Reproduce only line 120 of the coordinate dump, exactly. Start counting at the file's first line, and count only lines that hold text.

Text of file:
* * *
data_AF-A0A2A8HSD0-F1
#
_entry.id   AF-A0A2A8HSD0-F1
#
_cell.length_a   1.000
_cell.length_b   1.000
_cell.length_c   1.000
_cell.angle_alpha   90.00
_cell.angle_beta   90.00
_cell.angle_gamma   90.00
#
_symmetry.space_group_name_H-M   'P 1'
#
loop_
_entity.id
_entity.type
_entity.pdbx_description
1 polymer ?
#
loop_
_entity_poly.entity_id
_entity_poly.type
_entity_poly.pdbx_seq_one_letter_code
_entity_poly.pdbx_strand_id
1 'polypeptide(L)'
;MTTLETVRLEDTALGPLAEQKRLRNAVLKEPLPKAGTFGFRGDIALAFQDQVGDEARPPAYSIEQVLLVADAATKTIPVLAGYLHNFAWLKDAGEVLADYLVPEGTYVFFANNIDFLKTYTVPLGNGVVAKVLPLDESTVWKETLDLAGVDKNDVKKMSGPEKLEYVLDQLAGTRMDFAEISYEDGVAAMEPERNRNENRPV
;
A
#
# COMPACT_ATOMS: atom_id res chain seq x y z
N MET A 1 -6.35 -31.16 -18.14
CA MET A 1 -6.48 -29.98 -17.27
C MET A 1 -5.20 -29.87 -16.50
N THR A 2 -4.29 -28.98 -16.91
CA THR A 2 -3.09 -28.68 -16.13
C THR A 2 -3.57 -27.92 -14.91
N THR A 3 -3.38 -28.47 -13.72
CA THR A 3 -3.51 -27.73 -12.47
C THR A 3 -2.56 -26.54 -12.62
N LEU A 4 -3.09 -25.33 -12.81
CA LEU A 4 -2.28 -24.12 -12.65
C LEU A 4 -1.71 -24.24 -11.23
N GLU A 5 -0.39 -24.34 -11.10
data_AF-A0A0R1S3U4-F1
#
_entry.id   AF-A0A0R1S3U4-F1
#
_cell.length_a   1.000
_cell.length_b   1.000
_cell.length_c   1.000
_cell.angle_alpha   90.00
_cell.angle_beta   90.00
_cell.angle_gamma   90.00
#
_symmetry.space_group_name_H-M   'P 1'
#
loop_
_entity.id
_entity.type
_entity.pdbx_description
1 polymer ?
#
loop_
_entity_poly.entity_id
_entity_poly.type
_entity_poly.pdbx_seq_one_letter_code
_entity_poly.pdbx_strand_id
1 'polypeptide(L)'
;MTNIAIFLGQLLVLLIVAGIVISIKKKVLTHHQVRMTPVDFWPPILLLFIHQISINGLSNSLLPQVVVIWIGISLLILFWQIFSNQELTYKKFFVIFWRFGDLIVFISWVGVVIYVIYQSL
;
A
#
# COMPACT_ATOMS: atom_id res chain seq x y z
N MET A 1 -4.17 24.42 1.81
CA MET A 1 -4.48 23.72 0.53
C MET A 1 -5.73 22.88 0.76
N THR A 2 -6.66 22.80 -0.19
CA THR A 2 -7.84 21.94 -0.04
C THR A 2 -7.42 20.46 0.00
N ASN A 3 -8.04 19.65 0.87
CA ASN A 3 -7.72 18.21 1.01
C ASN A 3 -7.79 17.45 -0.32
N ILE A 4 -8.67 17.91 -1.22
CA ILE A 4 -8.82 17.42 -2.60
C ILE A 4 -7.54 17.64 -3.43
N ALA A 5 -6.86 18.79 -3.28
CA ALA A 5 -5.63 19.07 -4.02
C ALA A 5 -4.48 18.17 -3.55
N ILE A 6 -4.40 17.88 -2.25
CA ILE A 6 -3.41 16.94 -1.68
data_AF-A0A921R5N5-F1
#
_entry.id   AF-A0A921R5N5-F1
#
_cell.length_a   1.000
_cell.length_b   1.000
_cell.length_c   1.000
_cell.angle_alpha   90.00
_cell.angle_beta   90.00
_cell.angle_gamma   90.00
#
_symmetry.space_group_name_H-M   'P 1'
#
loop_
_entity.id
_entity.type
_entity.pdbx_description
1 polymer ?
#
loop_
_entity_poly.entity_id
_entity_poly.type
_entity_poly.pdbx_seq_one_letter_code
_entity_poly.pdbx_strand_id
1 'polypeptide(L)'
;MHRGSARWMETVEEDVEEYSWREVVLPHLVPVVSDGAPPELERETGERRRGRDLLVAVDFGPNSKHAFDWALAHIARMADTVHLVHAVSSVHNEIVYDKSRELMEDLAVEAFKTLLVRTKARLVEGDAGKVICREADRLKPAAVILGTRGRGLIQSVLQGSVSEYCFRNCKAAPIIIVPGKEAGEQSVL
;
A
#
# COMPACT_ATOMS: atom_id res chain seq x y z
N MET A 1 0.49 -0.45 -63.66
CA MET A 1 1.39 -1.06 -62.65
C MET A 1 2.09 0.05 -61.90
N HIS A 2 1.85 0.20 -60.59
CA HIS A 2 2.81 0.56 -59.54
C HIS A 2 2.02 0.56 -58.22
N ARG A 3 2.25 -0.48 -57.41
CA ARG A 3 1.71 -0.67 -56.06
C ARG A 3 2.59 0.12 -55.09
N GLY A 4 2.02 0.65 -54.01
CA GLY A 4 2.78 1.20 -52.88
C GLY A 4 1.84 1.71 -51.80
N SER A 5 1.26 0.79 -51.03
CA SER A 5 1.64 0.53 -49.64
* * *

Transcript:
# COMPACT_ATOMS: atom_id res chain seq x y z